I liked this book.
I finish another draft of my book. I sit down to read it through. I expect rough spots, and there’s a ton of setup information I need to drop in. I have character discontinuity; I need to match up some of the second tier cast from the beginning, with the end, and vice versa. There are motivations to clarify, logistics, technical stuff, and science, all needing to be figured out.
But here’s something I did not expect. Chapter three, which I had previously liked, which I thought performed a function in the story, appears to have absolutely no reason to exist. It is pretty horrible. It needs to be tossed. The only good news is that I know what needs to go in its place. But I have to start over, completely.
Chapters four and five are a kick in the gut. Here, characters basically walk around in circles spouting nonsense to each other. Worse, it’s prissy, stilted nonsense. I thought I was setting a scene here, and setting actions in motion. I was doing no such thing. This is just awful, and I have to start over.
Chapter six is a relief. There is meaningful action, and there is relationship between the characters. Whew. But those awful patches make me very sad. I knew the draft was rough, but I thought I was in the ballpark. Turns out I was five miles down the freeway from the offramp leading to the parking lot of the ballpark.
I cannot stay in this disheartened state, so I have a talk with myself. When your characters walk around in circles spouting nonsense to each other, it only means you don’t quite know yet what needs to go there. It is placeholder material. It doesn’t make sense yet, but it will. Those characters, in that setting, will matter. Look at it again in coming days, and you will know what goes there. Your characters will talk sense. They will become interesting. You will feel something. You will no longer feel like throwing the chapter on the floor for your cockatiels to chew and poop on.
In the meantime, focus on what’s good in the draft. Focus on how much you’ve learned about the characters, their motivations, and how they all play together to make a story, or even a part of one.
I wish it weren’t so much work, and at the same time, I’m glad it is. Easy things are forgotten. Difficult things have sticking power.
I rarely go back to read my own published work, the short stories, the blog posts, anything. Sometimes, on the occasions I do, I cringe. But more often I am filled with a quiet satisfaction. Hey, I think, that’s not too bad. That doesn’t suck. I like that. And I’m glad I stuck it out.
Photo courtesy Martha A. Hood. All rights reserved.
Speculative Fiction: some people don’t like the term. Don’t be chicken, they say. Call it science fiction, not speculative fiction, or worse, spec fic.
I’m not much for spec fix as a term; I believe we should pronounce entire words most of the time, rather than automatically shortening them. I do enjoy speculative fiction, both the term and the stuff itself, however. I’m not afraid to say I read science fiction, because I do. I also read fantasy, selected horror, mystery, and mainstream. I even read that stuff they call literature once in a while.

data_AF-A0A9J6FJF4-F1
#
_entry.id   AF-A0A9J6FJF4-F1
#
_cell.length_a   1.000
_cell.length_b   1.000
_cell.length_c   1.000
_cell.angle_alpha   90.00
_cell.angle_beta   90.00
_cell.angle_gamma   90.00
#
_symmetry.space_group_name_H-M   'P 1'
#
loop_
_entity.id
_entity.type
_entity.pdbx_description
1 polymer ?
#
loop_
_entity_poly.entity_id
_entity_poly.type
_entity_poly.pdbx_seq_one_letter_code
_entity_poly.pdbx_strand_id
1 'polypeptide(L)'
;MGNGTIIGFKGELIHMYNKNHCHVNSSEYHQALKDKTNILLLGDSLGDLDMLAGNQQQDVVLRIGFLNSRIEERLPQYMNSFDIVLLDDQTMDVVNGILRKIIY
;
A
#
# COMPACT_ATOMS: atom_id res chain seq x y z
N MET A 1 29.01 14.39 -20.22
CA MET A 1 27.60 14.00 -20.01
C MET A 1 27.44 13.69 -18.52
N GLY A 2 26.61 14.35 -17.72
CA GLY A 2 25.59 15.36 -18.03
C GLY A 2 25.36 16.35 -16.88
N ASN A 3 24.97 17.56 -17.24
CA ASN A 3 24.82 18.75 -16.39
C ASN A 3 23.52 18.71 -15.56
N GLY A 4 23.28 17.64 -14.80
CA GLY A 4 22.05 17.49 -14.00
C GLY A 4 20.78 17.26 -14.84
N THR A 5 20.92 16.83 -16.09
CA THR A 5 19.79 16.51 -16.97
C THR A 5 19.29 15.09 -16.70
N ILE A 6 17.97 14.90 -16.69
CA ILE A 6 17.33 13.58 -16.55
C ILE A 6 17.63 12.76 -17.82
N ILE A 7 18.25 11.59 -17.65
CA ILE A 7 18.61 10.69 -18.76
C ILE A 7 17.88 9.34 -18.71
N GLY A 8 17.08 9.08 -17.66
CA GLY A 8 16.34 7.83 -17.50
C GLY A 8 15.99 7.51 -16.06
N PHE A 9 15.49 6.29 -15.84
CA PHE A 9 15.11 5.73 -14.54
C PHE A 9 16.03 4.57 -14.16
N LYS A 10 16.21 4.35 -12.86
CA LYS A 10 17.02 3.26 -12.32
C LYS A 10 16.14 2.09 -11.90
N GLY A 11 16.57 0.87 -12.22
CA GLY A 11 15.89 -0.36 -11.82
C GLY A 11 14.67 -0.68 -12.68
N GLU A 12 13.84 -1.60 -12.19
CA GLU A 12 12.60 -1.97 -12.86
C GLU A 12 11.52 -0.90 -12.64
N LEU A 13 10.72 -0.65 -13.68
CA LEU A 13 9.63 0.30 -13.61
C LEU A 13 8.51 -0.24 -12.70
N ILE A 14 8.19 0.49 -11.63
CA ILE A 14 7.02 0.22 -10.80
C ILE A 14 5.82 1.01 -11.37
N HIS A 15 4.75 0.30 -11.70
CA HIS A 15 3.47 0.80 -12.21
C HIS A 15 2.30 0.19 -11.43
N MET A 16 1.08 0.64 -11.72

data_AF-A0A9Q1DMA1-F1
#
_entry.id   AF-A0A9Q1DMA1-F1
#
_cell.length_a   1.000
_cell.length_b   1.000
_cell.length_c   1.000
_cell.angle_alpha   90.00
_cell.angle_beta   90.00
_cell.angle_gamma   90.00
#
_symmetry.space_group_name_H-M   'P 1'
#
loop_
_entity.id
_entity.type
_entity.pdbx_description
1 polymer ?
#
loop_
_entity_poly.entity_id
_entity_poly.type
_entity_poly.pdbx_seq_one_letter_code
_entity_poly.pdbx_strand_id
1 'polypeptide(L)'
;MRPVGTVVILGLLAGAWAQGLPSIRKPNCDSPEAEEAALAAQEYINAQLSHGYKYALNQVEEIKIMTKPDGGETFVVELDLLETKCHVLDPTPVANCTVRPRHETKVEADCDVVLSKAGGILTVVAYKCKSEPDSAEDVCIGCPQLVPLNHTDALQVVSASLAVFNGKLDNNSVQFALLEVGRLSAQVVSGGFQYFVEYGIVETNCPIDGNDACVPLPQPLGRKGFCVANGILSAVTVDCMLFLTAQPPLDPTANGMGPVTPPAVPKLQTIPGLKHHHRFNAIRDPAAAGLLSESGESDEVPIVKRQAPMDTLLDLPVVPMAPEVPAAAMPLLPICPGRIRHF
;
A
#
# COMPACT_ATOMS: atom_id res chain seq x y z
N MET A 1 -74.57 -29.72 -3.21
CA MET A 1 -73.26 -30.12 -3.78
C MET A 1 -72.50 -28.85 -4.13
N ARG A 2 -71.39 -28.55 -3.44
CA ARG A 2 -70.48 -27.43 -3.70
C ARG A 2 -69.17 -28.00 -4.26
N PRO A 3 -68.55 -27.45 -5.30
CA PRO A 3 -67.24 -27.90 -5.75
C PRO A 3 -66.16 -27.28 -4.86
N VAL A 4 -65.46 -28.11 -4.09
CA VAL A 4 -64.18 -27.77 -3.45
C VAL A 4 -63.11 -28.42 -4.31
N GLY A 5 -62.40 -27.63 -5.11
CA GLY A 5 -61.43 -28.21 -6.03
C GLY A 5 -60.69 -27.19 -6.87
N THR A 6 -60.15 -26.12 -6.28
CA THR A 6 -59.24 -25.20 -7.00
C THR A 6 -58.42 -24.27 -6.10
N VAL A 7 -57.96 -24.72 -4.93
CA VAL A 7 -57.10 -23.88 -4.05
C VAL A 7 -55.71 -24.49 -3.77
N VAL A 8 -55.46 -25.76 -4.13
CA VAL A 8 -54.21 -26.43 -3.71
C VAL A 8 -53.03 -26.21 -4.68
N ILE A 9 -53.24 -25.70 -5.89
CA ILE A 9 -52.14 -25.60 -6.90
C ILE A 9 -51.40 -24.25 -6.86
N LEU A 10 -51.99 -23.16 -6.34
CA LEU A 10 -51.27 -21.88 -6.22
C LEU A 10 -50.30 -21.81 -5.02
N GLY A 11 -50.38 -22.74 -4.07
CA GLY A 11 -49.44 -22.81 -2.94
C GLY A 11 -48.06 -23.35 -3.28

I divide my reading roughly between fiction its authors consider to be “real,” and fiction from authors who consciously depart from the real–in other words, speculative fiction. Speculative fiction includes science fiction, which in turn encompasses hard science fiction, anthropological, political and other fiction of the soft sciences, cyberpunk, steampunk, space opera, alternate history, new weird, utopian, dystopian, and time travel. Speculative fiction also includes fantasy, itself a term which takes in high fantasy, urban fantasy, dark fantasy, horror, and fairy tales. Then you have the stuff that’s not quite real but not quite not: magical realism, slipstream, and whatever it is that Murakami does. (I like the term “not normal.”) I read all this stuff, and I have need of a term that includes all of them, that differentiates them from that other stuff.
The other stuff also has genres. Examples: literary, historical, mystery, police procedural, political thriller, war novel, spy novel, and romance. The other stuff might go by the umbrella term of realistic, or mimetic, fiction. If I throw the term speculative fiction into the wastebasket, what is my umbrella term for all the types of fantastic fiction I enjoy? Non-mimetic fiction? I don’t like it. Non-realistic fiction? I don’t like that either, for the obvious reason that no matter how far-out my science fictional or fantasy premise is, the human element needs to be dead-on realistic.
The only purpose even to discuss genre, to categorize literature, is so that you and I can have a discussion about the stuff we read. For that discussion to be sensible, we need some agreement between us of the meaning of the terms we are using. Here we run into some trouble. I have no confusion about how I choose to sort books out, but because everyone reads a book differently, different people categorize differently. For instance, people were all over the place with China Mieville’s The City and the City. It is categorized as crime fiction, weird fiction, police procedural, and it won fantasy awards, as well as the Hugo. I call it science fiction for reasons given in a previous post:
But does it matter if we don’t always know what genre to put a work in? Isn’t part of the problem–if you want to call categorizing fiction a problem–that authors are becoming ever more inventive and interesting in the combinations of genres they choose to include in a single work, thereby making the assignment of genre that much more difficult?
Mysteries, whether cozy English, police procedural, or noir detective, fill a psychological itch for us. The police, the detective, and the justice system represent the societal order we all need to feel safe, and the moral order that allows good to triumph over evil. The protagonist outwits the criminal, and brings him or her to justice. The act cannot be undone; the murder victim cannot be restored to his or her unfinished life, and so the detective’s victory is always tempered by the reality that there is more evil out there, always.
Most readers of SF I know read the occasional mystery. I heard someone say that every SF story is at heart a mystery. That may be too sweeping a generalization for me, but the affinity between the two groups is undeniable, given that many writers of SF have also worked in the mystery genres. More than a few writers have written both in the same book.
One of the favorite combos is the mystery combined with alternate history. The alternate history usually deals with different historical political outcomes and shifts of power. Three examples come to mind: Michael Chabon’s The Yiddish Policemen’s Union, Jo Walton’s Farthing, and China Mieville’s The City and the City.